Hans Jensen was born in Denmark and served his country in the Army. He represented the Army on the wrestling team. He came to the U.S. in about 1880 and worked for two years on a ranch. He then returned to Denmark and finnished his schooling. In 1884, he returned to the U.S.
During the return trip he met a young lady called Marie with the Christian name of Kirsten Marie Jensen, the same last name as Hans. It was a common name in Denmark as Smith and Jones are in the U.S. They became infatuated with each other and were married July 30, 1885. Marie worked as a housekeeper for a year before they were married.
After living for a few years in California, they moved to Washington and set up a homestead. The farm was located at the crossroads of North Fork Road and Centralia Alpha Road. The barn that was built in 1909 is still standing.
By the time they established their homestead, Hans and Marie had two children. The farm was a nice piece of flat land near the Newaukum River. They had to clear the land of the big trees so they could farm it. Farm land was more valuable than timber at that time, because you could live off the food produced with the aid of a few cows and horses to do the plowing, clearing and pull the buggies to town.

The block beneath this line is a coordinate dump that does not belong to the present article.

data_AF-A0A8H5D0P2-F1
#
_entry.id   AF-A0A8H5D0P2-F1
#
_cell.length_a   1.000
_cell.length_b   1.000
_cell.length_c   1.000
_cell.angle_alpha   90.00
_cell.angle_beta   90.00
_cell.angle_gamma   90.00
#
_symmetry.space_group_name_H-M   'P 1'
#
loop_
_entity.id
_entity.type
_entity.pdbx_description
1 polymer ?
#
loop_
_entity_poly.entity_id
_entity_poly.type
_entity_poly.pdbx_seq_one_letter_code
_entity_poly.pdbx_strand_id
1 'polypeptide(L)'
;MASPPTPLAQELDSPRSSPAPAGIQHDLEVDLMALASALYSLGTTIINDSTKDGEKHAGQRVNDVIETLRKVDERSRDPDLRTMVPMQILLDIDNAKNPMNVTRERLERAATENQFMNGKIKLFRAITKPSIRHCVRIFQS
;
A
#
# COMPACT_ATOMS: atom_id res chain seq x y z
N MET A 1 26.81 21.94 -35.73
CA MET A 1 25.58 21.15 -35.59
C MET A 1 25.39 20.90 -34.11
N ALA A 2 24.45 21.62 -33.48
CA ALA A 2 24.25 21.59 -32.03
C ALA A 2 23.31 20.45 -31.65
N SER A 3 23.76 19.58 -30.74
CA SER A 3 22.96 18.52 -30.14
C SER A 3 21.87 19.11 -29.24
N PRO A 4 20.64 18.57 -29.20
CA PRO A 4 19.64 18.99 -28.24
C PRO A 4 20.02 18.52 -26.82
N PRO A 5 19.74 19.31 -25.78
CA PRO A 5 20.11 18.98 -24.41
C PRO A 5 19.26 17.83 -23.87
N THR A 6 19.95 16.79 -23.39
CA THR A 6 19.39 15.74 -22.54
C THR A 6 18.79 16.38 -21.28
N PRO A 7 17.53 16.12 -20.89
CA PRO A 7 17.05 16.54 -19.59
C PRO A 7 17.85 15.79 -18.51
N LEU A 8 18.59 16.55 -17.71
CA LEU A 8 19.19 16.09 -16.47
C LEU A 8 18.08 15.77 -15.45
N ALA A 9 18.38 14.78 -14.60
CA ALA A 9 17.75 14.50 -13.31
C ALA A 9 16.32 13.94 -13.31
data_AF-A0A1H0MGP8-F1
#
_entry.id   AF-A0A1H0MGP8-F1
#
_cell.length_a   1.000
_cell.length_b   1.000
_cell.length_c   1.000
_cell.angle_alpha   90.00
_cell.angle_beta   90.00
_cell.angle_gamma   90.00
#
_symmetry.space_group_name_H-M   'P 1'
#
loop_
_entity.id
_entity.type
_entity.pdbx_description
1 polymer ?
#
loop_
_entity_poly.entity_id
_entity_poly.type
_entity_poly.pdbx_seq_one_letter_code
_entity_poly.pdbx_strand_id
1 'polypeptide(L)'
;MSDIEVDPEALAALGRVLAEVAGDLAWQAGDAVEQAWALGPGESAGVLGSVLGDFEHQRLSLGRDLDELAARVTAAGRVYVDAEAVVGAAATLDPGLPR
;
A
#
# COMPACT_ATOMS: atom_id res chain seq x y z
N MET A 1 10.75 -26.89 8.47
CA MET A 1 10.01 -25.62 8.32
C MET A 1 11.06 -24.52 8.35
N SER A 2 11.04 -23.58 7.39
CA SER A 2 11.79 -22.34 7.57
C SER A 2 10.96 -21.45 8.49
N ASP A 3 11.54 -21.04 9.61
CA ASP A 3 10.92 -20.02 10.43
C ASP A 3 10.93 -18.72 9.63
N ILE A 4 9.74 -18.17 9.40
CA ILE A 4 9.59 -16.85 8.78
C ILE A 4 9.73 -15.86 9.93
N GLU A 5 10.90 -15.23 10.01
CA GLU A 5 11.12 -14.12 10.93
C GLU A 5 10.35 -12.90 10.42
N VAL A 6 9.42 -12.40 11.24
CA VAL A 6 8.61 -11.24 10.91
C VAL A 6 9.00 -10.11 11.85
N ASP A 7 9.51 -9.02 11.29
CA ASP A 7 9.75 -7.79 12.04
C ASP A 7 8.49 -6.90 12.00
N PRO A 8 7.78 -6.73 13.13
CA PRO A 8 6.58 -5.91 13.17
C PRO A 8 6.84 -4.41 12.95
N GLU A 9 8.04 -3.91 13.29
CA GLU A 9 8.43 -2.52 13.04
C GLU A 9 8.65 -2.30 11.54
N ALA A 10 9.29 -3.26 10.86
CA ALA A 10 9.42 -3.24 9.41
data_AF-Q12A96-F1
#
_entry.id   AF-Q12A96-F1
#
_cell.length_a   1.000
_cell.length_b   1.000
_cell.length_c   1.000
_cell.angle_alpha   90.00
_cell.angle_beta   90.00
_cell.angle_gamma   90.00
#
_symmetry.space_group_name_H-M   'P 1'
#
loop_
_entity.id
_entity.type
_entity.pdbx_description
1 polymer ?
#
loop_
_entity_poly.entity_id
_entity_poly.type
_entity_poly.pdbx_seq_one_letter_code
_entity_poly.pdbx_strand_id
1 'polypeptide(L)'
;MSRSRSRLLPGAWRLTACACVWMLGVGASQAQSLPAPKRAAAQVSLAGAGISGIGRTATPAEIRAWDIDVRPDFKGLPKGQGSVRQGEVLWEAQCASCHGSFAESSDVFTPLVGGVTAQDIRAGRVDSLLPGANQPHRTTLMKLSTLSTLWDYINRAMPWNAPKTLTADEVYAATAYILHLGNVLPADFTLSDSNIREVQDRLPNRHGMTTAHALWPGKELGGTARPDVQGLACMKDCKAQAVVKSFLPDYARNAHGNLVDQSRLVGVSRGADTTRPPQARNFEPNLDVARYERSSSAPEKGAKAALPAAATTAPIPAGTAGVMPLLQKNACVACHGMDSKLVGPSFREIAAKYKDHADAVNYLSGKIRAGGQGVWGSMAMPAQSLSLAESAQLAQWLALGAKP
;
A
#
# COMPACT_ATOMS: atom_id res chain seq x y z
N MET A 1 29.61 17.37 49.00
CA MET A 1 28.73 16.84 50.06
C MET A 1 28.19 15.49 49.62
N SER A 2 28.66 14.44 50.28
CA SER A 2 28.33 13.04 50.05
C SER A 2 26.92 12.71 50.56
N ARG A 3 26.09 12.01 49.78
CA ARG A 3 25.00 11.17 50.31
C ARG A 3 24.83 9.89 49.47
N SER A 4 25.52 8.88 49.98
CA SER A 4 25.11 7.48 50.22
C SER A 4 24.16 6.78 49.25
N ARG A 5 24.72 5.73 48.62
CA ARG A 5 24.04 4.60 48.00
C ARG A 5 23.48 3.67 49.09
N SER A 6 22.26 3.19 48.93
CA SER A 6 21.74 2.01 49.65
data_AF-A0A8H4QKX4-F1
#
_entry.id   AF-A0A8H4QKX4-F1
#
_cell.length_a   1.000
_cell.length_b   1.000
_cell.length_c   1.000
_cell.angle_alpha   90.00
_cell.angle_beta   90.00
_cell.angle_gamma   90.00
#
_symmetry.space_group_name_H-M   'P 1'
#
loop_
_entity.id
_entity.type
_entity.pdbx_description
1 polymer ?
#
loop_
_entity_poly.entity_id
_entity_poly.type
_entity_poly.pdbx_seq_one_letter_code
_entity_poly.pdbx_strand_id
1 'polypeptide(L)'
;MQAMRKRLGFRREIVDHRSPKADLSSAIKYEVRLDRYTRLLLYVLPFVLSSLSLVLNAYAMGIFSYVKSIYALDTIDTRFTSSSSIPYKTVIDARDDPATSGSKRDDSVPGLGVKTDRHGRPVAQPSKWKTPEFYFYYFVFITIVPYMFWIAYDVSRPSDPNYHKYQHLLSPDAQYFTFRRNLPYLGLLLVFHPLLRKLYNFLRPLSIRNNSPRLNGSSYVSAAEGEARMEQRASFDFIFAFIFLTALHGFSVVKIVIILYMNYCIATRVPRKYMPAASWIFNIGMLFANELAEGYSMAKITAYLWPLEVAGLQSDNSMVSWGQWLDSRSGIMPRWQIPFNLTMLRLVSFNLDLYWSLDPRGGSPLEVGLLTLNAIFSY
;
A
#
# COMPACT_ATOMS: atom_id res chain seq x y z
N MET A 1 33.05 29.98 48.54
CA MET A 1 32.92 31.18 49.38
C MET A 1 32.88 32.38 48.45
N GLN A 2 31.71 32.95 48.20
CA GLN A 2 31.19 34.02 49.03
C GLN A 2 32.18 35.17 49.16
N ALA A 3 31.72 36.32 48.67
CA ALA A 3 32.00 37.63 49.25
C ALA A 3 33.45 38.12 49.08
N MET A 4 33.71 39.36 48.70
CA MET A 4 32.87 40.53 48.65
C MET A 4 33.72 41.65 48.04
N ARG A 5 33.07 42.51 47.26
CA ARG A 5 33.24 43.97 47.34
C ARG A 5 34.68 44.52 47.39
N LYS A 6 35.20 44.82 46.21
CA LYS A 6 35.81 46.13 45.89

They had a very large family of thirteen children. Two of them died at an early age. John Morton Jensen was their tenth. The children loved the farm and their family. Each child had to learn to speak English when they started school. Hans spoke English well, because he had learned the language in his Danish school. Marie preferred to speak Danish. English was always hard for her and she spoke it with a strong Danish accent.
Hans Jensen died in 1914 when John was 13 years-old. When he was 15, John left home and worked on logging jobs and so did some of his brothers. Three of Johns sisters became nurses. Some of the older children were married by this time. Alfred married Madeline Saunders. She was granddaughter of the Saunders who founded Chehalis. Chehalis was once called Saunders Bottom.
Soon Grandma Kirsten realized that she could no longer manage the farm and moved to a house in town.
Kirsten was very special to her grandchildren. She loved them and would sing little Danish songs to them and tell them stories of Denmark. To her everyone was little, as in Little Verna, or Little Johnny. She used little as a term of endearment. They say she was a good cook and did a great deal of baking for her family. She loved God and had a strong Christian faith.
She lived the remainder of her life with her children. For a time she lived with Alfred and Madeline in a house she owned on Folsom Street in Chehalis. Later, she lived with Minnie and then others of her children.
By Verna Thode, March 1997
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